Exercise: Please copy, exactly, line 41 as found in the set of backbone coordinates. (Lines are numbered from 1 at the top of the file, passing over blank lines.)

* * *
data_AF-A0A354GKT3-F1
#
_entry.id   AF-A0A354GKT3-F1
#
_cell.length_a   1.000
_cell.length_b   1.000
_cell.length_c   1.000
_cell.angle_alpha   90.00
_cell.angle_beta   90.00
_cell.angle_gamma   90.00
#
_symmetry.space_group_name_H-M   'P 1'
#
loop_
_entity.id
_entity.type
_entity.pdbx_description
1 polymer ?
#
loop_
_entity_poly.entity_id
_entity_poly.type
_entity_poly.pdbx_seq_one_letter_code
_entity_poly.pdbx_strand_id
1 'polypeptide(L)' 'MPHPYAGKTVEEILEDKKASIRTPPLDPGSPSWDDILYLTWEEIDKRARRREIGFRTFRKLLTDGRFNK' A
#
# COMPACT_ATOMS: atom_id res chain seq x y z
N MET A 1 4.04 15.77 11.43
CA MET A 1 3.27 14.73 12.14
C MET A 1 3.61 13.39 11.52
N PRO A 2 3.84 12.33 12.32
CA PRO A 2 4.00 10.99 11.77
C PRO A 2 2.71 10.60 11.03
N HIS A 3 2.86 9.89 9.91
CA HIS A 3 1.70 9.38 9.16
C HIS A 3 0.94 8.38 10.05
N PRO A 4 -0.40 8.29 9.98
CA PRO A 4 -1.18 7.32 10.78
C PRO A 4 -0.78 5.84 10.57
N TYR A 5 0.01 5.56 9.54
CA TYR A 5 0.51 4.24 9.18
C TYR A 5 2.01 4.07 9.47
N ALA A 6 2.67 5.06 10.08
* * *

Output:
CA TYR A 5 0.51 4.24 9.18